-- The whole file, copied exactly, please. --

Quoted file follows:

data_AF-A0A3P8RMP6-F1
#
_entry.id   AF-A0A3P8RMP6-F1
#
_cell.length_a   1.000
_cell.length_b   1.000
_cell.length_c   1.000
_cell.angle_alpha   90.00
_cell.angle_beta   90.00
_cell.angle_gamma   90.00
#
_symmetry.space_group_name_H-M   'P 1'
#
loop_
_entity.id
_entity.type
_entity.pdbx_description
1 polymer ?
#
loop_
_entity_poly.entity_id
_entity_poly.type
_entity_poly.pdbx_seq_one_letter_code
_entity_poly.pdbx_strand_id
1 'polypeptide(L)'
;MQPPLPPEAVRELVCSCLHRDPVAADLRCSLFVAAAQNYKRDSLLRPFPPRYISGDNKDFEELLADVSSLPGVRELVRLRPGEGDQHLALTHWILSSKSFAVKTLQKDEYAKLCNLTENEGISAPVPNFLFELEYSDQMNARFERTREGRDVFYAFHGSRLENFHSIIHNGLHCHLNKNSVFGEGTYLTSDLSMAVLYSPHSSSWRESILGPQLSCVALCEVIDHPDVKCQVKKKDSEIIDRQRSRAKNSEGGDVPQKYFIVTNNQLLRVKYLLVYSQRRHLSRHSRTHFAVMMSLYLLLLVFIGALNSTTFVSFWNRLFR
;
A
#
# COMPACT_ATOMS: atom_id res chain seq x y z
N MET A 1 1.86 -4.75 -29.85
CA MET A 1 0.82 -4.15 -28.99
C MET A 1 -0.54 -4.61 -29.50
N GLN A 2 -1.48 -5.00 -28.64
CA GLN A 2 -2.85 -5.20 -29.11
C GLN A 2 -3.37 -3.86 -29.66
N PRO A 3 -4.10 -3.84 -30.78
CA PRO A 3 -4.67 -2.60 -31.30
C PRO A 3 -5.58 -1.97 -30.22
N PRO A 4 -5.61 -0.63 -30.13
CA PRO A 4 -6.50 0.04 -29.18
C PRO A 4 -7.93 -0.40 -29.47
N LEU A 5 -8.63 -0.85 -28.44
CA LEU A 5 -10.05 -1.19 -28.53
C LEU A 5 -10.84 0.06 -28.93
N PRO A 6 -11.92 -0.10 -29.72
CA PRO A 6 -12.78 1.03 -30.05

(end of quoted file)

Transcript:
data_AF-A0A3P8RMP6-F1
#
_entry.id   AF-A0A3P8RMP6-F1
#
_cell.length_a   1.000
_cell.length_b   1.000
_cell.length_c   1.000
_cell.angle_alpha   90.00
_cell.angle_beta   90.00
_cell.angle_gamma   90.00
#
_symmetry.space_group_name_H-M   'P 1'
#
loop_
_entity.id
_entity.type
_entity.pdbx_description
1 polymer ?
#
loop_
_entity_poly.entity_id
_entity_poly.type
_entity_poly.pdbx_seq_one_letter_code
_entity_poly.pdbx_strand_id
1 'polypeptide(L)'
;MQPPLPPEAVRELVCSCLHRDPVAADLRCSLFVAAAQNYKRDSLLRPFPPRYISGDNKDFEELLADVSSLPGVRELVRLRPGEGDQHLALTHWILSSKSFAVKTLQKDEYAKLCNLTENEGISAPVPNFLFELEYSDQMNARFERTREGRDVFYAFHGSRLENFHSIIHNGLHCHLNKNSVFGEGTYLTSDLSMAVLYSPHSSSWRESILGPQLSCVALCEVIDHPDVKCQVKKKDSEIIDRQRSRAKNSEGGDVPQKYFIVTNNQLLRVKYLLVYSQRRHLSRHSRTHFAVMMSLYLLLLVFIGALNSTTFVSFWNRLFR
;
A
#
# COMPACT_ATOMS: atom_id res chain seq x y z
N MET A 1 1.86 -4.75 -29.85
CA MET A 1 0.82 -4.15 -28.99
C MET A 1 -0.54 -4.61 -29.50
N GLN A 2 -1.48 -5.00 -28.64
CA GLN A 2 -2.85 -5.20 -29.11
C GLN A 2 -3.37 -3.86 -29.66
N PRO A 3 -4.10 -3.84 -30.78
CA PRO A 3 -4.67 -2.60 -31.30
C PRO A 3 -5.58 -1.97 -30.22
N PRO A 4 -5.61 -0.63 -30.13
CA PRO A 4 -6.50 0.04 -29.18
C PRO A 4 -7.93 -0.40 -29.47
N LEU A 5 -8.63 -0.85 -28.44
CA LEU A 5 -10.05 -1.19 -28.53
C LEU A 5 -10.84 0.06 -28.93
N PRO A 6 -11.92 -0.10 -29.72
CA PRO A 6 -12.78 1.03 -30.05